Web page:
Cell phones have become such an integral part of a person's life: They contain all of your photos, important emails, financial information, personal messages, and more. So it's understandable that some people start to see their cell phones almost as a lifeline.
As people become increasingly attached to their phones, phone-related accidents and deaths are also on the rise. A majority of accidents are from people who were too busy texting or trying to get the perfect selfie near dangerous locations. And what's worse are the lives lost by people putting themselves at risk to save their phones.
All of these accidents were easily avoidable, and most weren't worth it. Here are stories of people who died trying to retrieve their cell phones.
In China in 2014, a woman dropped her brand-new phone into an open-pit toilet (similar to an outhouse), and it fell into a cesspit. Both her husband and his mother jumped in to retrieve it; however, they were overcome by the powerful fumes.
When this happened, the woman who dropped her phone jumped in after them. The woman's husband and mother perished from suffocation.
In 2014, a man jumped onto the subway train tracks in Brooklyn and was hit by a passing train. The man jumped onto the tracks just after 3 am because he had dropped his cell phone below.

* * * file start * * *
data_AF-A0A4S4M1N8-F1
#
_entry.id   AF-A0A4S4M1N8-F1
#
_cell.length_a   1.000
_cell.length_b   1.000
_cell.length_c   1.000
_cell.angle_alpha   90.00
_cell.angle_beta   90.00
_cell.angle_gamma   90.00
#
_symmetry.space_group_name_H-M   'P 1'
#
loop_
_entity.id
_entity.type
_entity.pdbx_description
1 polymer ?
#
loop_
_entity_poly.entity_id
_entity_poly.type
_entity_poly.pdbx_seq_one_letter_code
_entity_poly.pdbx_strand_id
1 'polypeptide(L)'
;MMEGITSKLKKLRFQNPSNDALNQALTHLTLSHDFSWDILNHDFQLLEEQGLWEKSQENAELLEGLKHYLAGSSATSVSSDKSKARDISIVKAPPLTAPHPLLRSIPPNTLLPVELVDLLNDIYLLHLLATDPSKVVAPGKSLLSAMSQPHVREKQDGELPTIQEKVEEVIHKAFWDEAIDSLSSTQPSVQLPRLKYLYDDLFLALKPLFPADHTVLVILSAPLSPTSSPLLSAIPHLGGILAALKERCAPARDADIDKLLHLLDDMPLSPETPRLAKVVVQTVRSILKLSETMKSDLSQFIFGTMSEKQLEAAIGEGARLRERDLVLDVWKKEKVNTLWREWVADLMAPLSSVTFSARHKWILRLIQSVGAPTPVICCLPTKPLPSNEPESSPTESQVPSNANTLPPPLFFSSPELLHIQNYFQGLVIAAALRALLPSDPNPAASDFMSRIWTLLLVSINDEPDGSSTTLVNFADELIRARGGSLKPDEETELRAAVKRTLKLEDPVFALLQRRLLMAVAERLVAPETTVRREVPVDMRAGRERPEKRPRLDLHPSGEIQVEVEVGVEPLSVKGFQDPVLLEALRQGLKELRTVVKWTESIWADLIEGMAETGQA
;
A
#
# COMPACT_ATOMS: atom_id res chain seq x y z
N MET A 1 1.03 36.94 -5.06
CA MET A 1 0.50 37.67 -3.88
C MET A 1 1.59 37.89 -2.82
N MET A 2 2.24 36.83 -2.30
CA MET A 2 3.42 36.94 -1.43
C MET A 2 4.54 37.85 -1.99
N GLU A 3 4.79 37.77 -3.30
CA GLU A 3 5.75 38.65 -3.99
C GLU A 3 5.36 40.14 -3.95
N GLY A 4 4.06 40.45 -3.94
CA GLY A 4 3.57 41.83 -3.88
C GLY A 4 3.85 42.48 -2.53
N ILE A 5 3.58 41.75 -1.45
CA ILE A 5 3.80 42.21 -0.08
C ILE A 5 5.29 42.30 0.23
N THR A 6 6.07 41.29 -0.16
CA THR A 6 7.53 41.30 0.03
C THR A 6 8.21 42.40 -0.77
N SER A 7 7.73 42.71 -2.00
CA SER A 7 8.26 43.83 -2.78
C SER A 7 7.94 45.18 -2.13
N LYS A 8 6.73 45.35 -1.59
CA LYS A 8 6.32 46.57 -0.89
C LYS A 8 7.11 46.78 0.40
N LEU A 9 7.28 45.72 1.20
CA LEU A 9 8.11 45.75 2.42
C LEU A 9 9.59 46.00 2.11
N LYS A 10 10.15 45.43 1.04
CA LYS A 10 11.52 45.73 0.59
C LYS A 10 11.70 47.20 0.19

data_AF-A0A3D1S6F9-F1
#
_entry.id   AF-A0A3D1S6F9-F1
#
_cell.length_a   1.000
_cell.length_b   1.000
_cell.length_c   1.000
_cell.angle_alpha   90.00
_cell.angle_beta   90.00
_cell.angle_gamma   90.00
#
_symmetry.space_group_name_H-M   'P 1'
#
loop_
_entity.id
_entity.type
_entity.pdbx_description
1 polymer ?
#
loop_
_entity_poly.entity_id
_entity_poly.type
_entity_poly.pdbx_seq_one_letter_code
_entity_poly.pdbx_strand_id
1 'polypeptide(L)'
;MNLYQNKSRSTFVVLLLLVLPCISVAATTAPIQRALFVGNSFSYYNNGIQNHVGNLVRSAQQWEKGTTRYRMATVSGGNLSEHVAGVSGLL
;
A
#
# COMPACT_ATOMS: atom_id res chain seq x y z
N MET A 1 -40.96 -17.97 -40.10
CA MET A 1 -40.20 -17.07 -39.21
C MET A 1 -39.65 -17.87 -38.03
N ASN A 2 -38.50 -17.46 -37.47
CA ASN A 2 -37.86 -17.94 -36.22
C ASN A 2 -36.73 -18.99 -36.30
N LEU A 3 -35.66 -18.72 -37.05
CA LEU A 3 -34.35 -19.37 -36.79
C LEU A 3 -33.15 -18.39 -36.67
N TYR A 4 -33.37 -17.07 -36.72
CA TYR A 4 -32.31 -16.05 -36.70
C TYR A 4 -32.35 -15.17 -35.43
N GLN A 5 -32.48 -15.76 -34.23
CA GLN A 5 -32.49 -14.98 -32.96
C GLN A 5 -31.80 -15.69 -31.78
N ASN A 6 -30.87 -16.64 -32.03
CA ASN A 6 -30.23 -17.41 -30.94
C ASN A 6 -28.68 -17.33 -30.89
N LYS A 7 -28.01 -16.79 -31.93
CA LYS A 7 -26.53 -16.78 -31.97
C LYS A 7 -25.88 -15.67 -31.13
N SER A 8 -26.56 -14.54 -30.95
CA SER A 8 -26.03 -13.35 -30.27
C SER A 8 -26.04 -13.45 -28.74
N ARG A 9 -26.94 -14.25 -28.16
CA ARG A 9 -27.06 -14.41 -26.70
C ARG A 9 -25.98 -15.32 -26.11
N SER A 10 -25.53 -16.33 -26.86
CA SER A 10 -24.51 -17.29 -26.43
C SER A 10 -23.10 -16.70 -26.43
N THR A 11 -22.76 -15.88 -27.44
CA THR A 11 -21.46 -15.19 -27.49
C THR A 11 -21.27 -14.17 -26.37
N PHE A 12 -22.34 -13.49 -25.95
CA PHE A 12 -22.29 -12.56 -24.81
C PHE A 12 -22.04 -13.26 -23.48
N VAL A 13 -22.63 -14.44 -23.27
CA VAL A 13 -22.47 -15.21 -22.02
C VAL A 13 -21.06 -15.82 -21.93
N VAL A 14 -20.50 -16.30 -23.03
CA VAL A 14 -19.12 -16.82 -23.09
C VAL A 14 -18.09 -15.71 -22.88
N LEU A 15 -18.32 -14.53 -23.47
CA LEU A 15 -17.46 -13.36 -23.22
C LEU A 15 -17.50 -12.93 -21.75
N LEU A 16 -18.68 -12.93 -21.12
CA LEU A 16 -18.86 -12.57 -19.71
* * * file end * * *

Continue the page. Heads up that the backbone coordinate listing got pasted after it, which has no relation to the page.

The train operator spotted him but couldn't stop the train in time. The man was crushed between the platform and the train, and perished at the scene.
After a man dropped his phone onto the tracks of the Christopher Street subway station in New York, he jumped down to retrieve it.
In the midst of trying to pick it up, he was electrocuted by the third rail. He perished from his injuries.
In Ontario, Canada, 18-year-old Jeremy Cook was slain after using an app to locate his missing cell phone.
After leaving his phone in a cab, he turned on the locator and was led to a residence. He and a friend were confronted outside of the home by three men, which led to an argument. As the men tried to flee in a car, Cook grabbed onto the door and was shot multiple times. Cook perished from his wounds. His phone was recovered after his demise.
Police constable Ken Steeves told CBC News, "The app itself is a great tool to have... but if you suspect there's any potential for violence at all, we certainly encourage people to contact police."